Things have changed in the audio interface world. Rummaging around installing PCI cards inside your computer has mostly been replaced with the ease and simplicity of FireWire or USB, and the traditional in/out device is looking a bit old hat these days too. The latest wave of interfaces aims to do a whole lot more, and the new Alesis desktop units exemplify this approach.
Up for review is the top-of-the-range iO|26. With up to 24-bit/192kHz operation, this unit offers serious spec at an affordable price. Unsurprisingly, connectivity totals 26: that’s eight analogue, 16 ADAT and stereo S/PDIF connections. All pretty standard fare, though this is for the inputs only. There are just eight balanced analogue outputs (so no ADATs), although one stereo pair can be mirrored to the S/PDIF out.
The eight analogue inputs use high-quality Neutrik multi-format connectors designed for mic and line inputs (balanced or unbalanced). The first two can also be switched to high-impedance mode for DI’ing guitars. Round the back you’ll also find stereo phonos for a turntable, and these come up on inputs seven and eight (again, there’s a switch to enable this).
All eight analogue ins include a pre-converter analogue insert point using a typical TRS jack, and phantom power is available on all mic inputs (switchable in pairs). The insert point is perfect for those wanting to patch in hardware – such as a compressor or valve preamp – before the signal hits the digital converters.
The back panel features two separate headphone outs with level knobs (you can send a separate mix to each), and MIDI In/Out. Connection is via standard six-pin FireWire, and power is supplied either by FireWire or the included PSU. Like most FireWire interfaces, sample rate affects channel count, but the iO|26 manages a pretty healthy four channels at 192kHz.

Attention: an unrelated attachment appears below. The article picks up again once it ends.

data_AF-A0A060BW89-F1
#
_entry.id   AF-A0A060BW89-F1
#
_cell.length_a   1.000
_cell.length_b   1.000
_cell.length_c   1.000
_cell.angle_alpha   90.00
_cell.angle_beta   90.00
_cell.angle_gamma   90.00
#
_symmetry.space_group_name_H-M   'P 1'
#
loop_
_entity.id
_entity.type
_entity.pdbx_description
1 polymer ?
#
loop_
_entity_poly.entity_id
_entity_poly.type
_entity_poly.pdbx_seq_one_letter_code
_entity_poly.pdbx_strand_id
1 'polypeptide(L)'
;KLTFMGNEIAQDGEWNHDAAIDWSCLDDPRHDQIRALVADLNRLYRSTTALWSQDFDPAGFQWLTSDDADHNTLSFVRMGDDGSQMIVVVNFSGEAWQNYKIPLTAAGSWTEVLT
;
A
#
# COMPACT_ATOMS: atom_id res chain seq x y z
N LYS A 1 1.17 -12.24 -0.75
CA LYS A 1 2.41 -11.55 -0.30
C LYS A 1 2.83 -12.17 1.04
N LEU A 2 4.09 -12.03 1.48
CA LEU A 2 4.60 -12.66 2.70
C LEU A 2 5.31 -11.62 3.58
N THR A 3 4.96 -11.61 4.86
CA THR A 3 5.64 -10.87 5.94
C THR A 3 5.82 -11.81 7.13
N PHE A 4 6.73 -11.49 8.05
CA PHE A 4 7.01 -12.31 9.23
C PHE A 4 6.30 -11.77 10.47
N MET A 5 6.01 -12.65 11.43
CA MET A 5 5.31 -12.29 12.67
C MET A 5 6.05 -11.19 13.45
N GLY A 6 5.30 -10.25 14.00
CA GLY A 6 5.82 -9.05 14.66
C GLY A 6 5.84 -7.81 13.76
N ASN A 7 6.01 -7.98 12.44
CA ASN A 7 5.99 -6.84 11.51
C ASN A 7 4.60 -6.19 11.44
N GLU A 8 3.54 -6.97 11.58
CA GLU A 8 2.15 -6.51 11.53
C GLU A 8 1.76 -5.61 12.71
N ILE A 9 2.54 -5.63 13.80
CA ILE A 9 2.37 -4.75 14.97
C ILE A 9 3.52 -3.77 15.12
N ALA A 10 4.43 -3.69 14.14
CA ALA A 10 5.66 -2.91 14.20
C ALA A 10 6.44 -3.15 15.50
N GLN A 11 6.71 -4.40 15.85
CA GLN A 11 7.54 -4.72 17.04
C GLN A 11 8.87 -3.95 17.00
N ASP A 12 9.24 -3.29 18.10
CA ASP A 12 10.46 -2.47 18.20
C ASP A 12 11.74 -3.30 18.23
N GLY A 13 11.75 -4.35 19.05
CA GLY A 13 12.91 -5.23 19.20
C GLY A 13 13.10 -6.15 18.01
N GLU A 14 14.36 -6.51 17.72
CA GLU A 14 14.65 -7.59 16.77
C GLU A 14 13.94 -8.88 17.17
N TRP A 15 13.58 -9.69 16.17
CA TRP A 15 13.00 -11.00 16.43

At this price point, interfaces can be flimsy, but the iO|26 is anything but. Its weight and rubberised feet help it cling to the desktop, and a quick tour of the connectors and knobs indicate that this is a solidly engineered box.
To put the iO|26 through its paces, we first tried DI’ing guitar and found the whole setup process to be really simple. Routing the input signal to the output using the HDM software is a doddle, and the dedicated Blend knob means you can quickly get a working balance between computer output and the incoming source. With input metering on the front panel, gain can easily be set without looking at your host software.
Moving on to a mic source, the Alesis mic amp design proves to be clean and unobtrusive. The 50dB of gain isn’t massive, but should be enough for most situations.
Overall, Alesis have made a real stab at addressing many points with the iO|26, and for the most part they’ve nailed them – lots of options, a simple, tidy interface and easy access to the controls and connectors you want. The software end of things could be more feature-rich but, as it stands, it’s simple to get to grips with and does enough for most situations.
Considering what you get, the iO|26 is a great deal.